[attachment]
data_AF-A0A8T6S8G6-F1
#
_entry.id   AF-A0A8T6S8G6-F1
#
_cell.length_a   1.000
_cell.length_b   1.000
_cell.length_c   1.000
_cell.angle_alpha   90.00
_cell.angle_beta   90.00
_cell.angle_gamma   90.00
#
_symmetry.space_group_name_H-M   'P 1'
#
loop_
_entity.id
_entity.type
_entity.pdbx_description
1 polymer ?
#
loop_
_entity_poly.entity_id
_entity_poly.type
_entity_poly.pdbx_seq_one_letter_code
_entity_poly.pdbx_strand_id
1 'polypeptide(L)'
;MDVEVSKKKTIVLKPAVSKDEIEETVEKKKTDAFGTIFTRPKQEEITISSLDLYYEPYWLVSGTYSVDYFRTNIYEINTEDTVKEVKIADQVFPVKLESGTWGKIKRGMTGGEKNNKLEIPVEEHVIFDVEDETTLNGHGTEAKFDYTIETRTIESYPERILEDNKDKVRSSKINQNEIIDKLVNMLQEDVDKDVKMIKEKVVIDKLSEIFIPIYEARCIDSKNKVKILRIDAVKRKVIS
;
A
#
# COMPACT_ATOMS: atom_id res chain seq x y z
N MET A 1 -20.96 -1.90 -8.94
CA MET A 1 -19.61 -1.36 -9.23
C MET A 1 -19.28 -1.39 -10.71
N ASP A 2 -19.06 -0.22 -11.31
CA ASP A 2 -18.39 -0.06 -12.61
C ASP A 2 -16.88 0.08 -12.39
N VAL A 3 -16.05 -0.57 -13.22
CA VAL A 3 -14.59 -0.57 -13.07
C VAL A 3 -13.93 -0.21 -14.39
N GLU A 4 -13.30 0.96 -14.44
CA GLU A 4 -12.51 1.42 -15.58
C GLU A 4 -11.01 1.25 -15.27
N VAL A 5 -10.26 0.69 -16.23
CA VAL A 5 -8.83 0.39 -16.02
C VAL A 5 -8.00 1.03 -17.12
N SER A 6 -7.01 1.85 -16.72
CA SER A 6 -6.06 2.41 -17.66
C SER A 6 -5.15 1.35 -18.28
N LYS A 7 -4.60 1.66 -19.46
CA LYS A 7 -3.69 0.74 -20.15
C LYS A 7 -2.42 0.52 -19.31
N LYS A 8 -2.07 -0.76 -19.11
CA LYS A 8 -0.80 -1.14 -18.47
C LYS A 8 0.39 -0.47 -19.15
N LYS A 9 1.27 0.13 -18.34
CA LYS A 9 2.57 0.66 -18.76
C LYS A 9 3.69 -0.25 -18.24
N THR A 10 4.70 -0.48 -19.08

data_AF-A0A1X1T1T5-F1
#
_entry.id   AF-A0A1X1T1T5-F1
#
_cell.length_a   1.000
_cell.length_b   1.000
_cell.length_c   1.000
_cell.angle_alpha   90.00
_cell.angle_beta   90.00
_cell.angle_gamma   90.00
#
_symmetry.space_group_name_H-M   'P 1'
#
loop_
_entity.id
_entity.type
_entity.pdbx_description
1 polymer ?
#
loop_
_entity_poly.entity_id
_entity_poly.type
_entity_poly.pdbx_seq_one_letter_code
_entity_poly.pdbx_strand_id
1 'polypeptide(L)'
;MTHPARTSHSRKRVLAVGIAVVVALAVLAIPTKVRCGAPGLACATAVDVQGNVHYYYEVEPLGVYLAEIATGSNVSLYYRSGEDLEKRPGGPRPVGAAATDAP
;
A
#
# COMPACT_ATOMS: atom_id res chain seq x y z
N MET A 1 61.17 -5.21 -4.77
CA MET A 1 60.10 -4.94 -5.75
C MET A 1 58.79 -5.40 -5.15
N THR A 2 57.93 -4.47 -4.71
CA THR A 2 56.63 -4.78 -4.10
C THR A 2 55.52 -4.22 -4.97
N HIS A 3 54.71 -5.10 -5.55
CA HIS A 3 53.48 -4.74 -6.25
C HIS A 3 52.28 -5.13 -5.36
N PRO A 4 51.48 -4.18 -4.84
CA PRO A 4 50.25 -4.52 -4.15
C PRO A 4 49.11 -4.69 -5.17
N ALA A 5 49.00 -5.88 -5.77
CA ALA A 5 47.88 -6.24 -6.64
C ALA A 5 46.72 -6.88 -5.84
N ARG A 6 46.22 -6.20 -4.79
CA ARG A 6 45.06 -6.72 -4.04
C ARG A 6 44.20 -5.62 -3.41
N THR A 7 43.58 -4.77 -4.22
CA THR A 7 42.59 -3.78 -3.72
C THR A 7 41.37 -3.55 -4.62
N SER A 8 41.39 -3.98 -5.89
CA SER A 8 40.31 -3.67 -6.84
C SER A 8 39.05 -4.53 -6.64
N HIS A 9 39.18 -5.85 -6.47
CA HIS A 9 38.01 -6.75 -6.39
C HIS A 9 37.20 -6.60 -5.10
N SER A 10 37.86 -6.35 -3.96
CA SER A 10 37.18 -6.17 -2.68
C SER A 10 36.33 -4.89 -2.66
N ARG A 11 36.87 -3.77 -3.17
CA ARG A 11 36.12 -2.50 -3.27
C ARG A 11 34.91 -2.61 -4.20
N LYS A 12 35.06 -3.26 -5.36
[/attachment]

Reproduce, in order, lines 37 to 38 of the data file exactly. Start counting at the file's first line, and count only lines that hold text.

N VAL A 3 -16.05 -0.57 -13.22
CA VAL A 3 -14.59 -0.57 -13.07